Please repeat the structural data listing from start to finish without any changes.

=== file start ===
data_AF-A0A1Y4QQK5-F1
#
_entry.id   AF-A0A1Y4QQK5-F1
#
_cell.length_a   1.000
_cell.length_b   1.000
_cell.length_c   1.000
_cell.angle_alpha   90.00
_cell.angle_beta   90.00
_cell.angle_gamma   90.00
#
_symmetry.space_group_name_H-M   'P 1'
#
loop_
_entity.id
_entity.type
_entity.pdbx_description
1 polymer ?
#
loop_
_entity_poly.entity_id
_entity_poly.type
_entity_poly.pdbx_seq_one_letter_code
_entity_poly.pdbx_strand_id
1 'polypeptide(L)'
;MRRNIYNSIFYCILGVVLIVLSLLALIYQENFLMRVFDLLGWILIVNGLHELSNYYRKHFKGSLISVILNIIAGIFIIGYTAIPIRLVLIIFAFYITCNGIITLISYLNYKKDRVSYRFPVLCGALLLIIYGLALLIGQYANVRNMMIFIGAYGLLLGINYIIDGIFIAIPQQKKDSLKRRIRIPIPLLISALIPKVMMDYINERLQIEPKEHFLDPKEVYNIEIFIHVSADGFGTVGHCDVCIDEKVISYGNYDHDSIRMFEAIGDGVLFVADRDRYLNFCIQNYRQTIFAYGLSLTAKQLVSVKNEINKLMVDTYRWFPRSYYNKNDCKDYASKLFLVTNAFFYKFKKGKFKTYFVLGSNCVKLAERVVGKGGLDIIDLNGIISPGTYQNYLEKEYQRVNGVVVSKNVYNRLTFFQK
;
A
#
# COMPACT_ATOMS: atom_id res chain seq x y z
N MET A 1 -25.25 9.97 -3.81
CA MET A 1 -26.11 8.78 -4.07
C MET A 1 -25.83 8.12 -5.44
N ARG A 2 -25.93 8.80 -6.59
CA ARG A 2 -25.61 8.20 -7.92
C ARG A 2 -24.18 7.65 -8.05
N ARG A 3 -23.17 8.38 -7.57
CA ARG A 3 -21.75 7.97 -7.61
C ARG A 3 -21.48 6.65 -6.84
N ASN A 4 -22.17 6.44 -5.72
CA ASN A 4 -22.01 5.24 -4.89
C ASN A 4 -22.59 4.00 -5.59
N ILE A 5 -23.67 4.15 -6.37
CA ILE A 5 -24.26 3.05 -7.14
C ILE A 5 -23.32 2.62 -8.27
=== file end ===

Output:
data_AF-A0A1Y4QQK5-F1
#
_entry.id   AF-A0A1Y4QQK5-F1
#
_cell.length_a   1.000
_cell.length_b   1.000
_cell.length_c   1.000
_cell.angle_alpha   90.00
_cell.angle_beta   90.00
_cell.angle_gamma   90.00
#
_symmetry.space_group_name_H-M   'P 1'
#
loop_
_entity.id
_entity.type
_entity.pdbx_description
1 polymer ?
#
loop_
_entity_poly.entity_id
_entity_poly.type
_entity_poly.pdbx_seq_one_letter_code
_entity_poly.pdbx_strand_id
1 'polypeptide(L)'
;MRRNIYNSIFYCILGVVLIVLSLLALIYQENFLMRVFDLLGWILIVNGLHELSNYYRKHFKGSLISVILNIIAGIFIIGYTAIPIRLVLIIFAFYITCNGIITLISYLNYKKDRVSYRFPVLCGALLLIIYGLALLIGQYANVRNMMIFIGAYGLLLGINYIIDGIFIAIPQQKKDSLKRRIRIPIPLLISALIPKVMMDYINERLQIEPKEHFLDPKEVYNIEIFIHVSADGFGTVGHCDVCIDEKVISYGNYDHDSIRMFEAIGDGVLFVADRDRYLNFCIQNYRQTIFAYGLSLTAKQLVSVKNEINKLMVDTYRWFPRSYYNKNDCKDYASKLFLVTNAFFYKFKKGKFKTYFVLGSNCVKLAERVVGKGGLDIIDLNGIISPGTYQNYLEKEYQRVNGVVVSKNVYNRLTFFQK
;
A
#
# COMPACT_ATOMS: atom_id res chain seq x y z
N MET A 1 -25.25 9.97 -3.81
CA MET A 1 -26.11 8.78 -4.07
C MET A 1 -25.83 8.12 -5.44
N ARG A 2 -25.93 8.80 -6.59
CA ARG A 2 -25.61 8.20 -7.92
C ARG A 2 -24.18 7.65 -8.05
N ARG A 3 -23.17 8.38 -7.57
CA ARG A 3 -21.75 7.97 -7.61
C ARG A 3 -21.48 6.65 -6.84
N ASN A 4 -22.17 6.44 -5.72
CA ASN A 4 -22.01 5.24 -4.89
C ASN A 4 -22.59 4.00 -5.59
N ILE A 5 -23.67 4.15 -6.37
CA ILE A 5 -24.26 3.05 -7.14
C ILE A 5 -23.32 2.62 -8.27